Sax said the hybrid nature of the Jacksonville plan is unfortunate but still a reasonable start. He envisions that the campuses will evolve into totally separate operations in subsequent years.
Deborah Bruick, the county districtís director of secondary education, said Friday that the purpose of the separation is to improve student achievement and behavior.
"We hope we can provide a more individualized instruction to students based on their sex," she said. "And being a [former] middle school principal myself, I know discipline will improve."
Michael Nellums, principal of the boysí campus, has looked at the reality of his student body. Seventy-five percent of suspensions in the district are levied against middle school boys and now a good many of those boys will be grouped in one building, he said. And only about 20 percent of the districtís middle school boys are scoring at their appropriate grade levels on state exams.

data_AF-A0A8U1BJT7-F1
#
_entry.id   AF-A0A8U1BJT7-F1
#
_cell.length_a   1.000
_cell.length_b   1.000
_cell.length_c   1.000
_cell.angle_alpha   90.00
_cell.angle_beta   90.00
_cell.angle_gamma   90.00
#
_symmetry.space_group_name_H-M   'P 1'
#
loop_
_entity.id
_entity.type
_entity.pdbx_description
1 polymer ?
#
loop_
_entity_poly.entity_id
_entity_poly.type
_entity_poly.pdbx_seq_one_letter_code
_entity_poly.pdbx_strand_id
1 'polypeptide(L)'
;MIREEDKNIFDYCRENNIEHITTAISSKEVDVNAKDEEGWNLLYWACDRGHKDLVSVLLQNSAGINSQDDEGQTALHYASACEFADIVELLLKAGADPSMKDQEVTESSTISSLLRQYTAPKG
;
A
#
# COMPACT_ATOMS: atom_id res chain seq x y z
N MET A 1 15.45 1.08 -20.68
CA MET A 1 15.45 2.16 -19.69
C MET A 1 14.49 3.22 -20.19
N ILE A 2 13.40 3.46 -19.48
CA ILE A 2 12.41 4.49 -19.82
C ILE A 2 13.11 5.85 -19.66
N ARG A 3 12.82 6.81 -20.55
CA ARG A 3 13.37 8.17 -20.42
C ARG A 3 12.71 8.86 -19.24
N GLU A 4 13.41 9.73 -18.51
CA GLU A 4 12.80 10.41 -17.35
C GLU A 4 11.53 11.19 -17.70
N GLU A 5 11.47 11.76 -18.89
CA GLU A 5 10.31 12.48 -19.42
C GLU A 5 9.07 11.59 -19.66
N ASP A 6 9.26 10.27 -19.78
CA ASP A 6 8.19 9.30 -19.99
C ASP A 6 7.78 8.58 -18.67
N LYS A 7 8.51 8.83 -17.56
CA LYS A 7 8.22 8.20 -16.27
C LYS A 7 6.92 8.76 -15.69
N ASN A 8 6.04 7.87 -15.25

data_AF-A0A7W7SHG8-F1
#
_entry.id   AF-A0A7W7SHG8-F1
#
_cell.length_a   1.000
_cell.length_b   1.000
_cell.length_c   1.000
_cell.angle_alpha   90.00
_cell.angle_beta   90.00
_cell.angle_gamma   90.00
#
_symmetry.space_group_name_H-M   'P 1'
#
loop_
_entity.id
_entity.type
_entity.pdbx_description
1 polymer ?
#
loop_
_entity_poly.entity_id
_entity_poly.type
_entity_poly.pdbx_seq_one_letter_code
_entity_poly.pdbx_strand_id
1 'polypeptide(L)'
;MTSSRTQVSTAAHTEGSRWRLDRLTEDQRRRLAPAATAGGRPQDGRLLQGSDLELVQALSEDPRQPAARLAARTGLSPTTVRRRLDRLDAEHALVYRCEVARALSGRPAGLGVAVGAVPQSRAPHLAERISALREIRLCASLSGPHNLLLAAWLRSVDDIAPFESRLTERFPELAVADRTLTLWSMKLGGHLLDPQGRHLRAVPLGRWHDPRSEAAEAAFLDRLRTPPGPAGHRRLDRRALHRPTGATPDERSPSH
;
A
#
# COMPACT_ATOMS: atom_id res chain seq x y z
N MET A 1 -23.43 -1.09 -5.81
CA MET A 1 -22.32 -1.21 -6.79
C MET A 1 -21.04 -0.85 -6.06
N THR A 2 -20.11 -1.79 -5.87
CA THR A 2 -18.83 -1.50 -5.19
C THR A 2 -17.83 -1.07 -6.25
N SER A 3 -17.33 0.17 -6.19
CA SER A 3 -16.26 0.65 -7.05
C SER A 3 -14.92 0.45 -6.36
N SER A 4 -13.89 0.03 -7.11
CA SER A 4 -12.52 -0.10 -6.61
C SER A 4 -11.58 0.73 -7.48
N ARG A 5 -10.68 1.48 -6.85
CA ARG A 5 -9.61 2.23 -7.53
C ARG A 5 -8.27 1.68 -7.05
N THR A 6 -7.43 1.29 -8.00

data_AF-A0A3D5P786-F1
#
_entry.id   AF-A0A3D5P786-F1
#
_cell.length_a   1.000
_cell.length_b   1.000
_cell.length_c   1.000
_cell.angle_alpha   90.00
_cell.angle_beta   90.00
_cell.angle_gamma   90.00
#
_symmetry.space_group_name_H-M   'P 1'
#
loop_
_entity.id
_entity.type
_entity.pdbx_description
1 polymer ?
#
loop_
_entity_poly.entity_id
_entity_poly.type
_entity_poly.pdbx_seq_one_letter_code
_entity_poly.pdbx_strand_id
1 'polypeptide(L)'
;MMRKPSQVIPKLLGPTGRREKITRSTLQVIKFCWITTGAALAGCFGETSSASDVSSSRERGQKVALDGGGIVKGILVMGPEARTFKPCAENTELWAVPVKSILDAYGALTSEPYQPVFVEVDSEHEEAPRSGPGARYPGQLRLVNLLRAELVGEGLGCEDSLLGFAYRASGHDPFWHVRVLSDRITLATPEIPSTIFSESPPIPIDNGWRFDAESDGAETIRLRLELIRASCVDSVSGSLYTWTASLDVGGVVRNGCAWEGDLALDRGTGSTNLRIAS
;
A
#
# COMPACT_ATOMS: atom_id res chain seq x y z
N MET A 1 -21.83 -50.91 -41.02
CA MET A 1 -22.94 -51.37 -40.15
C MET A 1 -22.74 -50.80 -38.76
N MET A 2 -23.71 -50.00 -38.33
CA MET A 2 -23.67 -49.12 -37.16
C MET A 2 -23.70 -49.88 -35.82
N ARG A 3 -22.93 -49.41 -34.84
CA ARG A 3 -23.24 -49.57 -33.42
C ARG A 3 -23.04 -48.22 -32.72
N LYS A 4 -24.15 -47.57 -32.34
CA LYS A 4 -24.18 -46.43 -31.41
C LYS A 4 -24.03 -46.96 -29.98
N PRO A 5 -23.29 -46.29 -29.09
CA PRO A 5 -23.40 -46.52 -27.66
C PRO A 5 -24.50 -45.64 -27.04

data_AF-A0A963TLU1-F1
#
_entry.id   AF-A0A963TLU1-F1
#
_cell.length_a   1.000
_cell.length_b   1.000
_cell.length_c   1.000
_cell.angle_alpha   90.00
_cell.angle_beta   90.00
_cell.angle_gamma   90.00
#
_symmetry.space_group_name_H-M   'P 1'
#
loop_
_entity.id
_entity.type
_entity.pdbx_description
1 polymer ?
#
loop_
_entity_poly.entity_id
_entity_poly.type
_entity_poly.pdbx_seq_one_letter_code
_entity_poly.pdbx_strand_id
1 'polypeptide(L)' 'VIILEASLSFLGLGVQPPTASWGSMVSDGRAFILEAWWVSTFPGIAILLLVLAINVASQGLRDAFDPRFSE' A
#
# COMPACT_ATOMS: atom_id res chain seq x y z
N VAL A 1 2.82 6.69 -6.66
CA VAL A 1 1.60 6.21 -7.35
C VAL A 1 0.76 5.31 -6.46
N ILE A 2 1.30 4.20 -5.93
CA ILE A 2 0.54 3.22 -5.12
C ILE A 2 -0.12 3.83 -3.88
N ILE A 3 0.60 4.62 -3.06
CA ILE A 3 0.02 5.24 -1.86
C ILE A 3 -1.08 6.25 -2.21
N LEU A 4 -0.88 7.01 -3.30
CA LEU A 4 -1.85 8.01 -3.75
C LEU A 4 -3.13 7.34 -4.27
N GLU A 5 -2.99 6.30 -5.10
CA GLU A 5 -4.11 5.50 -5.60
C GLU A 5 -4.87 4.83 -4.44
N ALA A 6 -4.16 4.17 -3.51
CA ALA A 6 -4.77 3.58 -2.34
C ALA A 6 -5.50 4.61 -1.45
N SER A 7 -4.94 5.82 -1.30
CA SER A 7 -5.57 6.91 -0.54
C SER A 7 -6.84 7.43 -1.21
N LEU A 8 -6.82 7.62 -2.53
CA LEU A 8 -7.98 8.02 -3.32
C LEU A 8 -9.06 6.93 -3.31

"I think we have an uphill climb," Nellums said. "The district has created an extra challenge for us. We hope we can pool our resources together and meet the needs of the students. We want to take into consideration some of the things that Dr. Sax talked about that research has proven to be correct."
Kim Crook, the parent of a seventh-grader at Jacksonville Middle School, said her son is looking forward to the start of the school year and hasnít complained about the organizational changes.
"And Iím looking forward to trying something new and hoping that it will be good educationally for my child," she said.
"There is always opportunity for improving what you have. I agree there may be learning differences between boys and girls. I think there is something positive that can be brought out by teaching males and females differently."
Sharri Matney said last week that she was excited about the prospects of teaching eighthgrade math and science at the boysí campus and having her school serve as a model for the state.
"I am thinking about getting the boys out of their chairs more and getting them active," Matney said.